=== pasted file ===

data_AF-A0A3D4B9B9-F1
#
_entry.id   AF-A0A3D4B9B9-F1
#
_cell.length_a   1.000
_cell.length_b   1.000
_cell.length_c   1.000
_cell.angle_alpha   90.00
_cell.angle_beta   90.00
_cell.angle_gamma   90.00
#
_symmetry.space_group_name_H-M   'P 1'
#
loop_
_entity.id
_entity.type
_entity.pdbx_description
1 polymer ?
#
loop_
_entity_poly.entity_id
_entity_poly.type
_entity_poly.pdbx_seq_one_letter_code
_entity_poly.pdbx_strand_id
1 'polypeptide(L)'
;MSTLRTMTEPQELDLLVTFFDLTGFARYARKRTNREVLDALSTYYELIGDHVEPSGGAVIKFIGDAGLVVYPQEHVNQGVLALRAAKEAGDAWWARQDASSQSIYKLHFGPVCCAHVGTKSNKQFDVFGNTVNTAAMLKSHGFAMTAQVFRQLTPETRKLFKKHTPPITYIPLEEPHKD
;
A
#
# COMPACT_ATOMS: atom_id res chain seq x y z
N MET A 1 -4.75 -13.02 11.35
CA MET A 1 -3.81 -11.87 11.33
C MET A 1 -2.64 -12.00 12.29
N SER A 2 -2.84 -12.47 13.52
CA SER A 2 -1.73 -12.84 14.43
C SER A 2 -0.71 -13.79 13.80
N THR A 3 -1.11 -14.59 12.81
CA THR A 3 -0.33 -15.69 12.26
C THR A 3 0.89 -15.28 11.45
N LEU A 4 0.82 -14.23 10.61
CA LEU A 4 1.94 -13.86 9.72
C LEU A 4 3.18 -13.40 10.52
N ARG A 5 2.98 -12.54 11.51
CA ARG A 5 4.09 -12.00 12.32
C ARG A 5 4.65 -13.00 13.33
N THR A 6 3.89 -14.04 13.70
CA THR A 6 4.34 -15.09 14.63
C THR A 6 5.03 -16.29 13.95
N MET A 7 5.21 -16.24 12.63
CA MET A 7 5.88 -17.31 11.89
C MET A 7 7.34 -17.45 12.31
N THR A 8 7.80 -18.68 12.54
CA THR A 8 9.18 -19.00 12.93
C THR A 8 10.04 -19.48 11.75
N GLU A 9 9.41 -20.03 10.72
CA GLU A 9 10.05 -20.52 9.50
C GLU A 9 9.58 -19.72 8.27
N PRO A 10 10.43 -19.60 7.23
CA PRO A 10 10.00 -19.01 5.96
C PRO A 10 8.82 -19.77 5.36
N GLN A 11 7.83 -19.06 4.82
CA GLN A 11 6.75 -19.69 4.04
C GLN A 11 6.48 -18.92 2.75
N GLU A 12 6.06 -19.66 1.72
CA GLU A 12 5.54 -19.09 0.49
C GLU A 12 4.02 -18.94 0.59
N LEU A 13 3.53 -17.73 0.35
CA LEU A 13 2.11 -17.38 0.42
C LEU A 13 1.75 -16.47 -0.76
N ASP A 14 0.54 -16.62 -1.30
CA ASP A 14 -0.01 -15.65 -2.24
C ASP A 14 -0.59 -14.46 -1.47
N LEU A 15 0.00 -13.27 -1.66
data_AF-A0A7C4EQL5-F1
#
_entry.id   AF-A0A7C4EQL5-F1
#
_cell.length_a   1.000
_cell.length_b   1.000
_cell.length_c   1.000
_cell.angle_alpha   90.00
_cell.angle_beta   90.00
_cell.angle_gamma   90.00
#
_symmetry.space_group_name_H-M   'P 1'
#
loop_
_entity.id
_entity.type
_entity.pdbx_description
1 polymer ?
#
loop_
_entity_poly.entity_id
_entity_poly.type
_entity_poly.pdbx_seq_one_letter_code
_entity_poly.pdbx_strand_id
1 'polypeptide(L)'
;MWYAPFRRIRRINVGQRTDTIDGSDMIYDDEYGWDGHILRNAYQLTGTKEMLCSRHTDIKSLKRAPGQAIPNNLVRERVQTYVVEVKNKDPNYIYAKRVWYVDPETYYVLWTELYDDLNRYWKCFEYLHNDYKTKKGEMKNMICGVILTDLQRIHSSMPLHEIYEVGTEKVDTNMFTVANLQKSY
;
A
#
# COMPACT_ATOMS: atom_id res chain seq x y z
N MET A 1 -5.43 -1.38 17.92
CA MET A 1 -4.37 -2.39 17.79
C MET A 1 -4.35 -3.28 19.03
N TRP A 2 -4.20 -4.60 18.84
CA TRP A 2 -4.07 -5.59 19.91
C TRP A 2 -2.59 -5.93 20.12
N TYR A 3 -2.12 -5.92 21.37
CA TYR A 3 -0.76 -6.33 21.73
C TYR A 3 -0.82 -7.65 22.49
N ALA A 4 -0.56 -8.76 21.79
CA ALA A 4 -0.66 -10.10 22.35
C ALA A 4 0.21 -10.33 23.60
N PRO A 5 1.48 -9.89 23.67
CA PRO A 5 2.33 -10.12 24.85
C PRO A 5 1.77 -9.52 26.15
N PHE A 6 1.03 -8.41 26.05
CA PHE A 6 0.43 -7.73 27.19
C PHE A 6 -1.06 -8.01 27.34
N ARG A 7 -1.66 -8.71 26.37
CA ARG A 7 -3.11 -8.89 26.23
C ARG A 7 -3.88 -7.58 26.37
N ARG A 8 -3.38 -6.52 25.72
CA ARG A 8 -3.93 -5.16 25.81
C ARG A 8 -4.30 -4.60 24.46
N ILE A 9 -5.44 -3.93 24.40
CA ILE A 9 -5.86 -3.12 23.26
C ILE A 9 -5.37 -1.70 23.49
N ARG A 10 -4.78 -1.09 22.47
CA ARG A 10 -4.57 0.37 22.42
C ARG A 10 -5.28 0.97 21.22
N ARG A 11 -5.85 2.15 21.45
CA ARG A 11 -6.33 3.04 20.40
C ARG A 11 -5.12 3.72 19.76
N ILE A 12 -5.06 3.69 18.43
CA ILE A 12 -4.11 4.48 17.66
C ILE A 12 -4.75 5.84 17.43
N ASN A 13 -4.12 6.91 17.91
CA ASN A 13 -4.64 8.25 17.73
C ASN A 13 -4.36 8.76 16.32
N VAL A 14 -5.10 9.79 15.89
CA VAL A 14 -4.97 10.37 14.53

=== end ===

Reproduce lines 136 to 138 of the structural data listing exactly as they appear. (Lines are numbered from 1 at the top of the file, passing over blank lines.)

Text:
C ARG A 11 -5.12 3.72 19.76
N ILE A 12 -5.06 3.69 18.43
CA ILE A 12 -4.11 4.48 17.66